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Erin2854
12th December 2010, 06:52 AM
Trying to make a long story short (I posted about the history of this awhile back) My dog's new vet along with the vet tech both clearly heard an arrhythmia during my dogs last visit. She had seen another vet (our holistic one) a few months prior who detected no arrhythmia's and had a listen at a clinic by a cardiologist in March with no problems detected then either. So our new vet referred us to a cardiologist who did a full EKG, ECG, etc. When she listed to Polly she detected the arrhythmia right away. But then only minutes later it never showed up during the EKG/ECG which was surprising to everyone (the tests also came back 100% normal. No murmur, no MVD, nothing) So they set her up with a heart holter which would record her rhythm for 24 hours. We got the results yesterday and much to the cardio vet's surprise...no arrhythmia's were detected. Cardiologist said she's actually rather baffled..as both she and the vet the day before heard it clearly. I did ask her about the possibility of it just being something that may happen when she is nervous (which she said can happen sometimes)..but then it doesn't make a lot of sense because you would think when they were holding her down and doing the EKG she would have been terrified. And she seemed rather calm during her vet visits when they clearly heard it. Any ideas? :confused:

RodRussell
12th December 2010, 08:42 PM
Any ideas?

I hate to answer that question with a "No", but, in fact, no, I don't. Except to take her to see a cardiologist annually, like at a heath clinic at a nearby dog show, and see if it shows up again.

Pat
12th December 2010, 09:11 PM
I'm not sure why the cardiologist would be so baffled - it's not uncommon for a transient arrhythmia not to be caught on a 24 hour Holter. (Frustrating, but not uncommon.) Arrhythmias can be very intermittent. Have you been told what kind of arrhythmia was heard - for example, atrial premature complexes, ventricular tachycardia, atrial fibrillation (unlikely), etc. Did the GP vet, vet tech and cardiologist all hear the same type of arrhythmia? That might be one clue.

There are two types of ambulatory ECGs - 24 or 48 hour (there are now some digital recorders that can record continuously up to seven days) continuous recording Holter and event recorders. Event recorders continually record and then erase at five minute intervals. When a button is activated, the minute before and four minutes after the button push are stored. An event recorder is used for evaluation of infrequent syncope in which an intermittent arrhythmia is suspected. (I'm not sure if it was ever determined if Polly's prior "episodes" were sycopal events.). An event recorder is typically worn for one week to one month. It sounds as if an event recorder may be appropriate in Polly's case if she continues to have the episodes that you described in the past.

Exactly what tests did the cardiologist perform - you said an EKG and an ECG but those are the same thing - an electrocardiogram. Was an echocardiogram also done?

I would guess that the next step will depend on whether or not Polly continues to have the strange episodes. If so, I would opt to try an event recorder for a period of several weeks in an attempt to try to evaluate the episodes. If the events don't happen again, I'd probably follow up with another cardiologist workup in six months to a year just to be proactive. Also I'd be guided by what type of arrhythmia the group of vets thinks they heard as some are more serious than others. What does the cardiologist recommend as the next steps?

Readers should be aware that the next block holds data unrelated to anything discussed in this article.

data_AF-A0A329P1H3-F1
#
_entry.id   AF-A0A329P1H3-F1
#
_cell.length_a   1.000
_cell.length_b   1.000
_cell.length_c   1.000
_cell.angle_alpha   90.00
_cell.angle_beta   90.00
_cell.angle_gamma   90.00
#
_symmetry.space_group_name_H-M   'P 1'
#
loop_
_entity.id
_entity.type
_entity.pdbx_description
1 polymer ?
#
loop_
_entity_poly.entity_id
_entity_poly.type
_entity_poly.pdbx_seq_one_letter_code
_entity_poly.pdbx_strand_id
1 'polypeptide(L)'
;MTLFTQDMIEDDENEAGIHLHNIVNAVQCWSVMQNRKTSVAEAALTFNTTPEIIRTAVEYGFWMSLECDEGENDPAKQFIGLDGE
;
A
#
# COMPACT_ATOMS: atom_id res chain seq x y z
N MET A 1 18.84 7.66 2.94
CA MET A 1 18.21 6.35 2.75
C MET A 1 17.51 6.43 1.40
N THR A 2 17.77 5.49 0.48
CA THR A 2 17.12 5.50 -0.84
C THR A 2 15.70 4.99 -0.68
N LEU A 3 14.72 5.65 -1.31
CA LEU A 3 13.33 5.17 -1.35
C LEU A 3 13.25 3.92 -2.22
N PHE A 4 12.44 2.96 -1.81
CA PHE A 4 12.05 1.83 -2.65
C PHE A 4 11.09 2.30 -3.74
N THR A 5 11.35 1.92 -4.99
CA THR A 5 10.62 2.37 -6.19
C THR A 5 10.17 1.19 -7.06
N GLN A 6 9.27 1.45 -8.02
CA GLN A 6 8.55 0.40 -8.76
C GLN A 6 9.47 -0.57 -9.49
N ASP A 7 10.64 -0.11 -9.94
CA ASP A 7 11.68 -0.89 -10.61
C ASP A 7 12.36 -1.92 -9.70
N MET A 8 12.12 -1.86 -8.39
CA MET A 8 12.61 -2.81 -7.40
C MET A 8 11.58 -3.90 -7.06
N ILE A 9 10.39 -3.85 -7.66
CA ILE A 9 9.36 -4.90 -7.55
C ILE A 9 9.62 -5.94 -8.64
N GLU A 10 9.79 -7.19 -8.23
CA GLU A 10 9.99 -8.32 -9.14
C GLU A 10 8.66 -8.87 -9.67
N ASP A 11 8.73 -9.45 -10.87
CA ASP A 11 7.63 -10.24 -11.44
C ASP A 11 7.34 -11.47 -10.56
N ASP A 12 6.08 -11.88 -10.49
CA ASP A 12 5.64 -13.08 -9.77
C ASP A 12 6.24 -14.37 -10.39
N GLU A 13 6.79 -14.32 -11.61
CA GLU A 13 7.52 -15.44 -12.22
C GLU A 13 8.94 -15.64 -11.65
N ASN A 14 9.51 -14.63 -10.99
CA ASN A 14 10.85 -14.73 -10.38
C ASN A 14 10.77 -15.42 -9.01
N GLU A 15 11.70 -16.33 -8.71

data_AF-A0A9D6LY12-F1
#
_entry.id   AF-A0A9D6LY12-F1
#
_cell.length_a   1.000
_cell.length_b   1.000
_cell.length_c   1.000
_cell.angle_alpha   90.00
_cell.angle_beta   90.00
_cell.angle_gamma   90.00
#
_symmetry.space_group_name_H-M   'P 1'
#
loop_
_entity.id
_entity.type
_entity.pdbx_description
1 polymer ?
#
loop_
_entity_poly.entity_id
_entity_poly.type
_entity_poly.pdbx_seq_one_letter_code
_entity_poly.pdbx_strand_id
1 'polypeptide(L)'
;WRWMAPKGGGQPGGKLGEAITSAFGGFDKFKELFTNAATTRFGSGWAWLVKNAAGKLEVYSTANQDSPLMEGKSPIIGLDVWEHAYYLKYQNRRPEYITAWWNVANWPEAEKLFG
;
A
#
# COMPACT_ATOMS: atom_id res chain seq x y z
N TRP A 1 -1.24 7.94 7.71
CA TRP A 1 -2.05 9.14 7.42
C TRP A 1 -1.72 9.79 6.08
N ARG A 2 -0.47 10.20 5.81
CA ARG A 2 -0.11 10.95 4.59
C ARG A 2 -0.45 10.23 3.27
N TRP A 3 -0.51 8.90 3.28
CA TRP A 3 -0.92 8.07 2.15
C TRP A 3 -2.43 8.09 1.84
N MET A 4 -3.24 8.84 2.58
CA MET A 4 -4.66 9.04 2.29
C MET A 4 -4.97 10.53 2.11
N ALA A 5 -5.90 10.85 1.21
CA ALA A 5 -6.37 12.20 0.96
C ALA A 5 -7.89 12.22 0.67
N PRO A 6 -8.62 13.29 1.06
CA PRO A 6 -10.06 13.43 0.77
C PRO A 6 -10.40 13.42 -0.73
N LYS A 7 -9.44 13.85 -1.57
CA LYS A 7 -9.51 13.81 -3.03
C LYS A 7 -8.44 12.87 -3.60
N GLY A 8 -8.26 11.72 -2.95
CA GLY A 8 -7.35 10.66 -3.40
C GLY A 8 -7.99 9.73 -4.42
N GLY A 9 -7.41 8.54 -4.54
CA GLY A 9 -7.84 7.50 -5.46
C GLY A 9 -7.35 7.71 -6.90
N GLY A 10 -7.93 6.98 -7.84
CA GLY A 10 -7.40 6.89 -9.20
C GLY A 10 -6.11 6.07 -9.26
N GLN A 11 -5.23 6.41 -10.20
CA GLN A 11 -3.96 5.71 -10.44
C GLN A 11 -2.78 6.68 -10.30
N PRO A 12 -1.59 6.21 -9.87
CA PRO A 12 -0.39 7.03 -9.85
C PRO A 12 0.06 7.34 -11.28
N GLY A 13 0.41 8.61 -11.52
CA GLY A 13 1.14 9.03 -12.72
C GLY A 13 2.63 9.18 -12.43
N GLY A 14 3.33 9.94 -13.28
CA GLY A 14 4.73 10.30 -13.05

Pat

Erin2854
12th December 2010, 10:12 PM
Pat,
Just looking over her paperwork, it says they did an echocardiogram and electrodcardiogram. The results showed that she had normal cardiac dimensions, normal cardiac functions and normal blood flow patterns. None of the reports from any of the vets specify what type of arrhythmia was heard. Just says "arrhythmia was clearly audible during her physical examination". Two diff vets heard it within 24 hours of eachother but nothing on the holter. The cardiologist said Polly is a bit of a mystery at this point. It really hasn't been confirmed if the 2 epsidoes she had even had anything to do with a heart issue. We are kind of exploring different options. Her symptoms match such a wide variety of things- from low blood sugar to a neurology problem. But other than those 2 brief episodes (has only happened twice since I've had her and were two months apart. Last episode she slept for a few hours and was back to her normal self) she has been 100% fine. No problems at all. She said if it happens again, then our next step would either be to talk to a neuro doctor to see if he thinks it could be anything neurological and/or get a a small device (like a microchip) implanted under the skin that she can keep in for up to a year and will start to record when and after anything odd is detected (sounds like something you were talking about). I did not see in her records or hear any menton of syncope (although I'm not totally sure what this means..?) but will possibly mention it in the future. The cardiology unit I'm working with is supposed to be the best in the state so I sure hope we get this figured out! Thanks for your info by the way!!